Presented in part at the XXXth Annual National Conference of Indian Academy of Forensic Medicine, February 23, 2009, in Nagpur, India.
Mandibular Ramus: An Indicator for Sex in Fragmentary Mandible*
Article first published online: 15 OCT 2010
© 2010 American Academy of Forensic Sciences
Journal of Forensic Sciences
Volume 56, Issue Supplement s1, pages S13–S16, January 2011
How to Cite
Saini, V., Srivastava, R., Rai, R. K., Shamal, S. N., Singh, T. B. and Tripathi, S. K. (2011), Mandibular Ramus: An Indicator for Sex in Fragmentary Mandible. Journal of Forensic Sciences, 56: S13–S16. doi: 10.1111/j.1556-4029.2010.01599.x
- Issue published online: 3 JAN 2011
- Article first published online: 15 OCT 2010
- Received 23 Sept. 2009; and in revised form 12 Dec. 2009; accepted 24 Dec. 2009.
- forensic science;
- mandibular ramus;
- sexual dimorphism;
- skeletal remains;
- Indian population;
- discriminant function analysis;
- fragmentary mandible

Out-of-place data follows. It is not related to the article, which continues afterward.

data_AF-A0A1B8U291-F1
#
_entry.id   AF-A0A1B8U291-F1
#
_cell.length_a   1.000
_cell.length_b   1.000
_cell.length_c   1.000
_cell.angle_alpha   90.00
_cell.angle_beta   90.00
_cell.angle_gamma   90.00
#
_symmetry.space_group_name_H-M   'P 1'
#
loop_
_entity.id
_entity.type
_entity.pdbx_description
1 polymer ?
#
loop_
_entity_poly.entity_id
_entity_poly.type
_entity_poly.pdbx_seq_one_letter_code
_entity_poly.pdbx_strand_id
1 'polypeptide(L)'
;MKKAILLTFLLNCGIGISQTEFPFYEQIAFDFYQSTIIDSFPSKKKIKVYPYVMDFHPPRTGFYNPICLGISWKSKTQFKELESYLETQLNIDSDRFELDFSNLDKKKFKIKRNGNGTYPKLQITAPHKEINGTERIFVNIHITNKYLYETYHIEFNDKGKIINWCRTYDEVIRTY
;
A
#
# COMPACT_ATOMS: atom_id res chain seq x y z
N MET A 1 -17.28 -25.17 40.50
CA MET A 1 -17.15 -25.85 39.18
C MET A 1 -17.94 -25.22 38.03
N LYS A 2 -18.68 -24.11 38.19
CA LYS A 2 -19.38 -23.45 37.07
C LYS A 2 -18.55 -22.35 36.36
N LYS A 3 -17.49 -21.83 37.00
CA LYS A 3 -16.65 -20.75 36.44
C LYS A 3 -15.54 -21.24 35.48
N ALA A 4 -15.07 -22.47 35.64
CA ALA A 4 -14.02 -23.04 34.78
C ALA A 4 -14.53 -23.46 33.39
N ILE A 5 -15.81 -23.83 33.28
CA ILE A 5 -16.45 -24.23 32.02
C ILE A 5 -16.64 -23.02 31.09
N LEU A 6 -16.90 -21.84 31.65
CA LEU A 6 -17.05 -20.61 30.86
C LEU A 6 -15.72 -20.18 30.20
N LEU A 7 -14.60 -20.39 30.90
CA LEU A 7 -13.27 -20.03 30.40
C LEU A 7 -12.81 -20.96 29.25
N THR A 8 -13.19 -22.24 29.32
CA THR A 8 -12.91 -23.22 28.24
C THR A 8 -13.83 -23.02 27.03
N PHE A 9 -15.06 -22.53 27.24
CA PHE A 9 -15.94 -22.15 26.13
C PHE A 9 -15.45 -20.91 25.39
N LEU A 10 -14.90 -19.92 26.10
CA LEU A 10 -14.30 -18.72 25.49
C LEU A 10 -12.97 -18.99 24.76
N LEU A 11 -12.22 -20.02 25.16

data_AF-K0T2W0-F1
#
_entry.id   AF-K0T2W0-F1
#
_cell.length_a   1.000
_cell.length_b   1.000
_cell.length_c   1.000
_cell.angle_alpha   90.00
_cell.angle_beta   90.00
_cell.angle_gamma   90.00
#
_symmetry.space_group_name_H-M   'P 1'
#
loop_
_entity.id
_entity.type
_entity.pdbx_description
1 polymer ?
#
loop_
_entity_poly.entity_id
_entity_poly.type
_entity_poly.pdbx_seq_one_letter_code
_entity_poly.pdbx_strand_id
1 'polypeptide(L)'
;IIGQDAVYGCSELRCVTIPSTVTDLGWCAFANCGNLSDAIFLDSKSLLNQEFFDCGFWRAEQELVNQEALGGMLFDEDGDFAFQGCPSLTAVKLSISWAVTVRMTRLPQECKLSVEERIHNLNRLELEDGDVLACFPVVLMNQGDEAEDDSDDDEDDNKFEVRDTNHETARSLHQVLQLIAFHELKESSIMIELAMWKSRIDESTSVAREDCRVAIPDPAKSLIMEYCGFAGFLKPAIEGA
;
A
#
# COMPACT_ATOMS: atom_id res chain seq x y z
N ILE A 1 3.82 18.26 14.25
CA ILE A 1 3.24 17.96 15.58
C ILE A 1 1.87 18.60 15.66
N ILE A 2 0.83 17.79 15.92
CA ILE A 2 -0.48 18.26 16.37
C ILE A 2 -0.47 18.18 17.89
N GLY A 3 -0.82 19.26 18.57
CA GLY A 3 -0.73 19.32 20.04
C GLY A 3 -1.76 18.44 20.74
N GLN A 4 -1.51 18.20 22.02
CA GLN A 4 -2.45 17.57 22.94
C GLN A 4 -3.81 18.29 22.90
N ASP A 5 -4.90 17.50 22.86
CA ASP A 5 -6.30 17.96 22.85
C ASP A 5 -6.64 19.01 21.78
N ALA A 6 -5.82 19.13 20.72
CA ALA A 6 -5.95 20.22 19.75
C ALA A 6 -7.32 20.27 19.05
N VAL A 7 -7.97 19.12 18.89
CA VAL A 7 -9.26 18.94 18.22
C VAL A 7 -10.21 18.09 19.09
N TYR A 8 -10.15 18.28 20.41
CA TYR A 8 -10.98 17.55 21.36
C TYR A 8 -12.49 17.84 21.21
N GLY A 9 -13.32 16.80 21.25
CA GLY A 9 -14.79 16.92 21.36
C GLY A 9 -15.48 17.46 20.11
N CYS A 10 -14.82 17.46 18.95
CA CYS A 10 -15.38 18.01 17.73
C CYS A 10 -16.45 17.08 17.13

Abstract: Mandible is the hardest and most durable bone of the skull exhibiting a high degree of sexual dimorphism. Especially ramus of mandible is subjected to greater stress than any other bone of the skull because of the process of mastication. This study has been performed to establish the osteometric standards for practical use in forensic context over Indian population using mandibular ramus. The sample consists of 116 mandibles of Northern Indian population (M:F; 92:24, mean age 37.4 years), collected from the Department of Forensic Medicine, IMS, BHU, Varanasi. Osteometric informations about five metric parameters (coronoid height, projective height, condylar height, and maximum breadth and minimum breadth of ramus) were taken with sliding calipers. These parameters were subjected to different discriminant function analysis using SPSS 16.0. All parameters showed significant sexual dimorphism (p < 0.001 in all cases) with an overall accuracy of 80.2%, and coronoid height was the single best parameter providing an accuracy of 74.1%.